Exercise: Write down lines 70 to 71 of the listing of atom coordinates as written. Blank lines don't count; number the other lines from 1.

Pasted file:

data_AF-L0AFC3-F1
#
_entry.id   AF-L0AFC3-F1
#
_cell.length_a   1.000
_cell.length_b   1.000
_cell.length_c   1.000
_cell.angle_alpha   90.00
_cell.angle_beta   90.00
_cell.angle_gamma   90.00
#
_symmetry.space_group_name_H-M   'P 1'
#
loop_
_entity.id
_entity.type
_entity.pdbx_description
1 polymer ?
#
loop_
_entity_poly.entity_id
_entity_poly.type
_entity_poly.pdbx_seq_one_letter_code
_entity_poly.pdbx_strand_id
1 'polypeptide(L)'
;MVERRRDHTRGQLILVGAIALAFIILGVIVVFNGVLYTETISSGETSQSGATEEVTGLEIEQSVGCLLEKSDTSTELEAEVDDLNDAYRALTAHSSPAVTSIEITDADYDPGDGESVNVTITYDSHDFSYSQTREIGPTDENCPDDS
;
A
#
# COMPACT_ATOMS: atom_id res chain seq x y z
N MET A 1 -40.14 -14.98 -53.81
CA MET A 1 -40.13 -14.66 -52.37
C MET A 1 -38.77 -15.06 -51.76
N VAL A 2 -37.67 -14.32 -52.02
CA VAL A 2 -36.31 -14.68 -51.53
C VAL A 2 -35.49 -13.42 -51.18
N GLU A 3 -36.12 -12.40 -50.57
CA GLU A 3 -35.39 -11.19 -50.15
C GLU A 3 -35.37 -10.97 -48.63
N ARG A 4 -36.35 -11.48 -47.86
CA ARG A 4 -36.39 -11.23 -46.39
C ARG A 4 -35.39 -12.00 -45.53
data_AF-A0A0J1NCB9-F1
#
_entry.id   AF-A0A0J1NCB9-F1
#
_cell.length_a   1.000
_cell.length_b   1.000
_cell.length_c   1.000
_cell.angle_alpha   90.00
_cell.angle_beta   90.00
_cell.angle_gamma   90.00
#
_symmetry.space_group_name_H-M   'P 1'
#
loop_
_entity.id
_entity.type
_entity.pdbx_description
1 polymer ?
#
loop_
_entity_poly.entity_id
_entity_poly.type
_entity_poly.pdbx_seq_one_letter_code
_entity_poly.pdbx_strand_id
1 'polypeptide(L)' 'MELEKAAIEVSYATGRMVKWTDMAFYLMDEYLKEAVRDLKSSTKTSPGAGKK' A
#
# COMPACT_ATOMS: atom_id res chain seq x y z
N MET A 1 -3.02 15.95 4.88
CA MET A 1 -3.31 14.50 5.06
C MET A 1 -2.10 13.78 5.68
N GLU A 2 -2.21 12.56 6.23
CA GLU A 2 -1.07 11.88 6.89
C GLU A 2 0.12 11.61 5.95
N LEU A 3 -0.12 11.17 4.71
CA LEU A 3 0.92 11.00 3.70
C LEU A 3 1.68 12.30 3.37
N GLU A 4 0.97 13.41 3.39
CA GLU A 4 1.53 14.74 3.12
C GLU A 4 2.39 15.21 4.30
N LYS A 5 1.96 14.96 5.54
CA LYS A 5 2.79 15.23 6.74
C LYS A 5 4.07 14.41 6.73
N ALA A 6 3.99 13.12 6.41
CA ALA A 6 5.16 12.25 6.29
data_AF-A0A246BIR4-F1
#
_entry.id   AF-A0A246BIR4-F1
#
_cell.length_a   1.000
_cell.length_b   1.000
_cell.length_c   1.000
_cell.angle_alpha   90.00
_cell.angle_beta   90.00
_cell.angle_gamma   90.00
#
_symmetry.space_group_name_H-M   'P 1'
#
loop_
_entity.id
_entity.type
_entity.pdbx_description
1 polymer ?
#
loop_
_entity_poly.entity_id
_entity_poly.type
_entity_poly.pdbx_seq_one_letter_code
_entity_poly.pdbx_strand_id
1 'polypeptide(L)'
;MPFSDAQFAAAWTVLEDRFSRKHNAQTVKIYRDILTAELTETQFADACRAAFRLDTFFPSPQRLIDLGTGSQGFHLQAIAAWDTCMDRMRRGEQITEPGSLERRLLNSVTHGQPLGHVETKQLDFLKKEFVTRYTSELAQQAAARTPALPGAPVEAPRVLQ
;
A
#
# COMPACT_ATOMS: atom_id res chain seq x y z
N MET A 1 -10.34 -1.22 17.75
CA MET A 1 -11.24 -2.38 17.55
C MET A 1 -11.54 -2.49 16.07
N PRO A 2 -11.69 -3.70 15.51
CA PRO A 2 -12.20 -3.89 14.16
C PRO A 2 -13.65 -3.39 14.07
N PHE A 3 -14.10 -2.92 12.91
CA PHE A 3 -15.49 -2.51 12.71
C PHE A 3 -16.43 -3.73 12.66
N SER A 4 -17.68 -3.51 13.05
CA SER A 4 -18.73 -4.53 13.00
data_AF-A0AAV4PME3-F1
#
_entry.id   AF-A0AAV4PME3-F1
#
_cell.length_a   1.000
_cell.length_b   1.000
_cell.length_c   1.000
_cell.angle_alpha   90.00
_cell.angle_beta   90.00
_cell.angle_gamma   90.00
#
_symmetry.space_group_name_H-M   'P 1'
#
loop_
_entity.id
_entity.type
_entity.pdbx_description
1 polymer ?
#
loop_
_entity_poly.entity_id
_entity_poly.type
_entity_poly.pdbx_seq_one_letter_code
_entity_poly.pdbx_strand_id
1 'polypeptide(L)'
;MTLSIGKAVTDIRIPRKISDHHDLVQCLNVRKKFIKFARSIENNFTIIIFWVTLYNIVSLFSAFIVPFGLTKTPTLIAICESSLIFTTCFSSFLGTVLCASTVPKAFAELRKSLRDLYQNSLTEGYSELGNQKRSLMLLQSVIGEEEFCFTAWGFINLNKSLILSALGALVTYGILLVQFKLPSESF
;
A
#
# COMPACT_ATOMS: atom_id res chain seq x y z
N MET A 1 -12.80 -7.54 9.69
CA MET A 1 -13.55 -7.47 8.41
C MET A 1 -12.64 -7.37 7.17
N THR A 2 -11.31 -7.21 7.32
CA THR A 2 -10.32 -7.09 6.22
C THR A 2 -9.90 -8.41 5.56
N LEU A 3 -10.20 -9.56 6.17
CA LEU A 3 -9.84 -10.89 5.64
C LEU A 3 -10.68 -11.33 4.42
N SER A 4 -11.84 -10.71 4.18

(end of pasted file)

N MET A 1 -3.02 15.95 4.88
CA MET A 1 -3.31 14.50 5.06